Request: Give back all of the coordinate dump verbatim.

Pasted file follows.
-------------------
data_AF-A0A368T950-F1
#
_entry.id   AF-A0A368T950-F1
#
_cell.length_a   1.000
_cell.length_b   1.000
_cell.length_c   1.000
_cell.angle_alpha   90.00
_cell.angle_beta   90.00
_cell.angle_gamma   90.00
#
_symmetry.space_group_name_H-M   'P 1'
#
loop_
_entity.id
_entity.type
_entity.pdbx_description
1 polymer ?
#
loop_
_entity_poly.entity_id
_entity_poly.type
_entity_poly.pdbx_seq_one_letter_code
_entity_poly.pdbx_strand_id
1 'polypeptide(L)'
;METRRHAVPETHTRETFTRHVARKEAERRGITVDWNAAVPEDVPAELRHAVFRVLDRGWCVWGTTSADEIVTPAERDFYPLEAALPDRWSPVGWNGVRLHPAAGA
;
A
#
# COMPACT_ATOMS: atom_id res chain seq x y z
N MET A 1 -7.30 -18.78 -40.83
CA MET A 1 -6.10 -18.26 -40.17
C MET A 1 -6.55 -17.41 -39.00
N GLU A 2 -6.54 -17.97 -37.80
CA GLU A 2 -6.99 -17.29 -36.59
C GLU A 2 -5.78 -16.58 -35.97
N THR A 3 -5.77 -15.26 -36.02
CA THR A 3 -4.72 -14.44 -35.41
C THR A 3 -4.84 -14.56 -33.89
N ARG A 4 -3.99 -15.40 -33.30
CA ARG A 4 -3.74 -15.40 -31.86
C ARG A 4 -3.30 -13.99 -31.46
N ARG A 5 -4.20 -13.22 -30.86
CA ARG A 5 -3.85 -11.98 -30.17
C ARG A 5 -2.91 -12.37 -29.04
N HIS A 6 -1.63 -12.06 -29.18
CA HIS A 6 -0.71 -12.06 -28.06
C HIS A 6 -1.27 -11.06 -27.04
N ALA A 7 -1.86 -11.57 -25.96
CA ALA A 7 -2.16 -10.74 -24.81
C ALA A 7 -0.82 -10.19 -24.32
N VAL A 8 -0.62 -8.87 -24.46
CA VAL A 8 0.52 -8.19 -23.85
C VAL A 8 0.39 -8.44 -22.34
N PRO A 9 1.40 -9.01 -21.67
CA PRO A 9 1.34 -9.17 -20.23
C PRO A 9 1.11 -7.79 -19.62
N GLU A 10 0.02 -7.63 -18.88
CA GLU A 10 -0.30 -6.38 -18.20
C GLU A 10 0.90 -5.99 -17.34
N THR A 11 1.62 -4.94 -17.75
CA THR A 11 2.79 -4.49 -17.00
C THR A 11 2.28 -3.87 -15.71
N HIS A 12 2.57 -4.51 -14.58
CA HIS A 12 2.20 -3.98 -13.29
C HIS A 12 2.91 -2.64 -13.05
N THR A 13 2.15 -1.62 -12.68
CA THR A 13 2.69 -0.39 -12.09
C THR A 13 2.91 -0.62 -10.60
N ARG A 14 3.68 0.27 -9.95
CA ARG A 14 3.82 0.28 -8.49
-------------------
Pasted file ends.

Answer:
data_AF-A0A368T950-F1
#
_entry.id   AF-A0A368T950-F1
#
_cell.length_a   1.000
_cell.length_b   1.000
_cell.length_c   1.000
_cell.angle_alpha   90.00
_cell.angle_beta   90.00
_cell.angle_gamma   90.00
#
_symmetry.space_group_name_H-M   'P 1'
#
loop_
_entity.id
_entity.type
_entity.pdbx_description
1 polymer ?
#
loop_
_entity_poly.entity_id
_entity_poly.type
_entity_poly.pdbx_seq_one_letter_code
_entity_poly.pdbx_strand_id
1 'polypeptide(L)'
;METRRHAVPETHTRETFTRHVARKEAERRGITVDWNAAVPEDVPAELRHAVFRVLDRGWCVWGTTSADEIVTPAERDFYPLEAALPDRWSPVGWNGVRLHPAAGA
;
A
#
# COMPACT_ATOMS: atom_id res chain seq x y z
N MET A 1 -7.30 -18.78 -40.83
CA MET A 1 -6.10 -18.26 -40.17
C MET A 1 -6.55 -17.41 -39.00
N GLU A 2 -6.54 -17.97 -37.80
CA GLU A 2 -6.99 -17.29 -36.59
C GLU A 2 -5.78 -16.58 -35.97
N THR A 3 -5.77 -15.26 -36.02
CA THR A 3 -4.72 -14.44 -35.41
C THR A 3 -4.84 -14.56 -33.89
N ARG A 4 -3.99 -15.40 -33.30
CA ARG A 4 -3.74 -15.40 -31.86
C ARG A 4 -3.30 -13.99 -31.46
N ARG A 5 -4.20 -13.22 -30.86
CA ARG A 5 -3.85 -11.98 -30.17
C ARG A 5 -2.91 -12.37 -29.04
N HIS A 6 -1.63 -12.06 -29.18
CA HIS A 6 -0.71 -12.06 -28.06
C HIS A 6 -1.27 -11.06 -27.04
N ALA A 7 -1.86 -11.57 -25.96
CA ALA A 7 -2.16 -10.74 -24.81
C ALA A 7 -0.82 -10.19 -24.32
N VAL A 8 -0.62 -8.87 -24.46
CA VAL A 8 0.52 -8.19 -23.85
C VAL A 8 0.39 -8.44 -22.34
N PRO A 9 1.40 -9.01 -21.67
CA PRO A 9 1.34 -9.17 -20.23
C PRO A 9 1.11 -7.79 -19.62
N GLU A 10 0.02 -7.63 -18.88
CA GLU A 10 -0.30 -6.38 -18.20
C GLU A 10 0.90 -5.99 -17.34
N THR A 11 1.62 -4.94 -17.75
CA THR A 11 2.79 -4.49 -17.00
C THR A 11 2.28 -3.87 -15.71
N HIS A 12 2.57 -4.51 -14.58
CA HIS A 12 2.20 -3.98 -13.29
C HIS A 12 2.91 -2.64 -13.05
N THR A 13 2.15 -1.62 -12.68
CA THR A 13 2.69 -0.39 -12.09
C THR A 13 2.91 -0.62 -10.60
N ARG A 14 3.68 0.27 -9.95
CA ARG A 14 3.82 0.28 -8.49